• Fran Burst-Terranella

Getting it Right

On Set, in Post and On the Screen: An Interview with Drew Sawyer

Whether he’s on the set of an indie Sundance horror film dressed only in a pair of bloody boxers or working with a talented post production team on an episodic television series, Drew Sawyer loves telling stories. His company, Moonshine Post-Production, has a rapidly expanding portfolio of start-to-finish post production projects, from feature films and broadcast episodics to commercial spot work.

​With strong roots in the Atlanta film and indie community, Sawyer and his company recognize the importance of both cultivating talent and collaborating on independent projects to become better storytellers. When the folks at Moonshine are not cutting someone else's show, they're shooting and posting their own.

Drew Sawyer is dedicated to distilling Georgia’s creative projects into finely tuned stories that capture audiences worldwide. Here, he talks about the burgeoning indie film scene in Georgia, what it’s like to wear so many different hats within the industry, and how to trade in the “currency of favors.”

How did you get started as a filmmaker?

I started, just like a lot of folks, by making my own stuff. And when you do that, you have to wear all the hats and you have to do everything. When I directed my first narrative, it happened to be a feature and I was 21 and that was ridiculous! But I ended up finding out that I was pretty good at editing. So basically, I started a business of inheriting other people’s problems.

How did you realize your post production experience could help filmmakers avoid making costly mistakes in production?

I kept seeing the same kinds of problems over and over again. Whether it was broadcast TV or independents that my friends were making, I kept getting a little box of garbage and being asked to sift through it and make gold – like I had this magical editing garbage-sieve.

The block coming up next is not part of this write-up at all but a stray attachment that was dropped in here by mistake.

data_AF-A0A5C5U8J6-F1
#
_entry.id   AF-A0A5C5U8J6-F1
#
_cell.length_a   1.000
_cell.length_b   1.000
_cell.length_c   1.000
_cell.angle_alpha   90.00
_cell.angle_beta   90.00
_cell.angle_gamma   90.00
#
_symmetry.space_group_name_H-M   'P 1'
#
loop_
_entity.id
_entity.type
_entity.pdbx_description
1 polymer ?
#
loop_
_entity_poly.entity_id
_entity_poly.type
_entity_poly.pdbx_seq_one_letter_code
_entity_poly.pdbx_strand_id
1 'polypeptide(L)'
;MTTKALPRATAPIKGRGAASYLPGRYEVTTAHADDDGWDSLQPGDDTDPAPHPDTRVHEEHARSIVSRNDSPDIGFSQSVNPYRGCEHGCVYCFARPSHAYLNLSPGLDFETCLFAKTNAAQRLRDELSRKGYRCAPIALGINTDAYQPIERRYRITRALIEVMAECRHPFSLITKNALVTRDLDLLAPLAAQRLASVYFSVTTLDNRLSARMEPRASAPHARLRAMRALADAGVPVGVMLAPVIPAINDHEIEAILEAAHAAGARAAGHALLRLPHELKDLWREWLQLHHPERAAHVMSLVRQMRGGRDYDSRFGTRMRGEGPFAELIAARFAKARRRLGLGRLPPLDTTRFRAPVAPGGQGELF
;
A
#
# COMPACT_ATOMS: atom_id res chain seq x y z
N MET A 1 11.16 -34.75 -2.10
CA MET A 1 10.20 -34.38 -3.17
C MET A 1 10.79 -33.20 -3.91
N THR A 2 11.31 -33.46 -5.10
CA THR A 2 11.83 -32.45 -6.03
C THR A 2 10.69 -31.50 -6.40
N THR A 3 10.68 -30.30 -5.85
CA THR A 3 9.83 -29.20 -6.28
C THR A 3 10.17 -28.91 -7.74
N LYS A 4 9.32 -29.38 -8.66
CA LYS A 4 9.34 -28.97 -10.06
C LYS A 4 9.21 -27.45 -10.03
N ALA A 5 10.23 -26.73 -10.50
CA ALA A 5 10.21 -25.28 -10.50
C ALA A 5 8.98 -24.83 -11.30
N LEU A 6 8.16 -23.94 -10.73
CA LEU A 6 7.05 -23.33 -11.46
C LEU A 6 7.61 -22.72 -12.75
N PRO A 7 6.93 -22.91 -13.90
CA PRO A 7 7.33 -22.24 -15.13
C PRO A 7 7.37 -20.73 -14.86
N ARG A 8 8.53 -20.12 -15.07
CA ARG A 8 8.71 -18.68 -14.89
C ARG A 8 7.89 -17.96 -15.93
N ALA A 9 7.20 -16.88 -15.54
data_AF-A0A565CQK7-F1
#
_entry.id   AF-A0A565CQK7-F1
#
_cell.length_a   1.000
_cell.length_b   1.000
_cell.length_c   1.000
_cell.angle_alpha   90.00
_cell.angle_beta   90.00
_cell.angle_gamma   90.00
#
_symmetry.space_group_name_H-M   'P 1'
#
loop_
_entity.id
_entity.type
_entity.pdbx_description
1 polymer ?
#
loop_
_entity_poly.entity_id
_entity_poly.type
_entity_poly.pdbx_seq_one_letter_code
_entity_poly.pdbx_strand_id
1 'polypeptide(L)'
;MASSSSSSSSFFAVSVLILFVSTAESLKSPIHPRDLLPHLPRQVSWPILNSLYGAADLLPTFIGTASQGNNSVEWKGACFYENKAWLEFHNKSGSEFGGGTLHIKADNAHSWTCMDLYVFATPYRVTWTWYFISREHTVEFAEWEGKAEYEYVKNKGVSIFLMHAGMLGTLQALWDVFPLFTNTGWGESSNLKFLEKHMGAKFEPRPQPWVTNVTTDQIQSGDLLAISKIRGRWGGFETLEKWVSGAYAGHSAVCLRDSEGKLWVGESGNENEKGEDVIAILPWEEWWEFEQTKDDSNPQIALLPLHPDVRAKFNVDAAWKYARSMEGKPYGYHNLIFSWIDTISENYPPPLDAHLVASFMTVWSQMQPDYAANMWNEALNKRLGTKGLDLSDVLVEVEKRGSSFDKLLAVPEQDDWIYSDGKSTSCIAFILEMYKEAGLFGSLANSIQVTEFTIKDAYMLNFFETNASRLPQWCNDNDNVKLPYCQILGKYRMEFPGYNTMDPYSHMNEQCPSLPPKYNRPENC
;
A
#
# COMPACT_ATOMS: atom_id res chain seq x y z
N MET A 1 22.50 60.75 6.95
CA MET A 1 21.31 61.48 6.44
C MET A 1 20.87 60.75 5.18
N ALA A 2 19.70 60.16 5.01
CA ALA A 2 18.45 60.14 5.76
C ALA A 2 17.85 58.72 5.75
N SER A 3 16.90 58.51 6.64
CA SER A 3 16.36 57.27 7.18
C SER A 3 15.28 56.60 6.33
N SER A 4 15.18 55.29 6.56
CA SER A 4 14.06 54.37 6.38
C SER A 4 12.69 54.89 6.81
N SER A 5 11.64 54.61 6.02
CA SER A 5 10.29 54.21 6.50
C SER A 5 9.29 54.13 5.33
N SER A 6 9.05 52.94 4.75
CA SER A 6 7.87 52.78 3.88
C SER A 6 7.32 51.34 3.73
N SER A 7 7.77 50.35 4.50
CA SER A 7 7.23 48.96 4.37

Editing is the final frontier before the world sees your movie, your show. So after fixing my own story problems and then fixing other people’s story problems, I realized that a lot of these mistakes can be avoided in the field, but you need solid, upfront pre-production planning.

If I took what I learned from seeing all these boxes of crap pile up, I could probably give some good advice based on what I’m seeing on the back end to help production. So I started helping others produce.

My friends would be making their own things and I’d advise, “Hey, listen. You’re going to run into these technical problems. You’re not going to have these types of story elements. Your scenes are going to fall flat. You’re going to wish you had done this or I promise you, it’s not going to work in the edit.”

What kind of response do you get when you give this advice?

It’s pretty polarizing. I say, “I’ve watched it. I can give you notes as it is. But I feel like you’re going to need some re-shoots unless you have these scenes.” And usually they go “Well, we’re done. We can’t go back. We’re out of money.” And it’s not really my place to rub salt in the wound and say, “Well you’re supposed to budget for that” or “You’re going to have to beg, borrow and steal just like the rest of us and find a way.”

Half of the people just say, “Shut up. Deal with what you’ve got.” And I say, “I can make it work with whatever you’ve got, but if you have the opportunity to re-budget and go pick up a few scenes, please shoot these types of scenes. And I’ll show you where these scenes should be in your narrative flow.”

I always want the work to be the best it can be, so when we’re in the editing room, I tell everyone up front, “These scenes have value; these scenes don’t.” You know what to look for when you are trying to cut things together to make story. If I tell them, “This scene falls flat for these reasons,” the director will usually get it because that’s their job. That’s how they work.

I worked with Molly Coffee on one of her early short films and she was willing to follow my advice and get the extra shots she needed. Then her film had a better flow and better pacing and the audience could really get into the story a lot easier.

So you’re working with Molly again?